Saturday, February 21, 2004

Pasadena City College

Welcome to the students from Pasadena City College, Library 105 "Cataloging Procedures in an Online Environment." I notice from the syllabus you are required to read this 'blog. Hope it is not too tedious.

Now would be a good time to go into the aims of the 'blog. You will not learn to catalog here. That is only learned by doing, correcting, doing again. I try to pass along news to the cataloging community. News that is of interest to me. I have the only say as to what is posted or not. My interests go beyond MARC/AACR/ISBD. I feel we have a responsibility to our institutions to understand other metadata standards. We also have something to contribute to the development of those standards. Grace Agnew working with MPEG7 is a fine example to follow. That is outside the scope of your class, but not of your professional life.

If you have any comments to make, please leave them. If you hear of a topic that you think should be noted, pass it along. I welcome suggestions.

Another, even more important, resource for catalogers is the e-mail list AUTOCAT. The traffic is fairly heavy and the discussion can become very technical. If you are interested in cataloging you might try subscribing and seeing the interaction and concerns of the cataloging community.

Friday, February 20, 2004


The Expanding World of OAI by Roy Tennant appears in the latest Library Journal. He will be at the Texas Library Conference. Sorry I'll have to miss him and the conference this year.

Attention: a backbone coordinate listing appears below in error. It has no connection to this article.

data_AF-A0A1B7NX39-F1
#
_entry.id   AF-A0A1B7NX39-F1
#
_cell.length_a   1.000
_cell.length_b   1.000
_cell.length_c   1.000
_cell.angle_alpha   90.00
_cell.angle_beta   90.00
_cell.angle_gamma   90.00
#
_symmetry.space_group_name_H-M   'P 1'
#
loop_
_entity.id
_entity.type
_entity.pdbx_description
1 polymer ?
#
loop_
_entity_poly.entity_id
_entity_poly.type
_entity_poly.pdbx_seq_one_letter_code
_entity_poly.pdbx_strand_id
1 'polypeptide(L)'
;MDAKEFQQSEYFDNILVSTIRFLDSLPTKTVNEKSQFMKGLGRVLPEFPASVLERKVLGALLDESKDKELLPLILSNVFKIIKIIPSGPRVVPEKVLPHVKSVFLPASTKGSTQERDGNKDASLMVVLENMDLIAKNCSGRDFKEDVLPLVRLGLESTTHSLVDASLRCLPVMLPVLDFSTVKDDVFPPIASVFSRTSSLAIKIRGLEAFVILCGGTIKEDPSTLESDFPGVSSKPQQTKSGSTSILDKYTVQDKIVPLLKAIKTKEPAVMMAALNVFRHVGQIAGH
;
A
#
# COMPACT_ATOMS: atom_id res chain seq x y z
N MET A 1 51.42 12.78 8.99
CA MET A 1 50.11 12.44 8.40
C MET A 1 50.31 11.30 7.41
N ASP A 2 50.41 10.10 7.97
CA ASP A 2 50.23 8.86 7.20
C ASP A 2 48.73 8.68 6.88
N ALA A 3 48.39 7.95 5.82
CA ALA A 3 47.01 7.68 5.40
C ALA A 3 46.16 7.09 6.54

Thursday, February 19, 2004

Open Content Syndication

Steve Cohen (of Library Stuff fame) mentioned that Blogdigger was using OCS as well as OPML. Here is what I found out about Open Content Syndication:
The OCS Directory format is designed to enable channel listings to be constructed for use by portal sites, client-based headline software and other similar applications.
The OCS News page has not been updated since OCS draft 0.5 was announced 3 Sept. 2002. Is this being used anywhere else?

Wednesday, February 18, 2004

Catalogablog RSS Feed

If anyone is pointing to please change to one of the links available on the site page. Voidstar has shut off their RSS service. I've not had that link posted for quite some time, but there may still be some users.

Catalog Searching

The SRW Maintenance Agency at the Library of Congress, in conjunction with the SRW Development Group, announces the release of version 1.1 of SRW, the Search/Retrieve Web Service; SRU, Search and Retrieve by URL; and CQL, the Common Query Language.

SRW is an XML-based protocol designed to be a low-barrier-to-entry solution for searching and other information retrieval operations across the internet. It uses existing, well tested, and easily available technologies, such as URI, XML, SOAP, HTTP, and XPath. The design reflects the many years of experience gained developing and using Z39.50; SRW is both robust and easy to understand while retaining many of the important aspects of Z39.50. Web technologies reduce the barriers to new information providers allowing them to make their resources available via a standard search and retrieve service. Building on Z39.50 semantics enables the creation of gateways to existing Z39.50 systems. The protocol may be carried via SOAP or as parameters in a URL. When carried via SOAP, it is referred to as SRW; via URL, as SRU.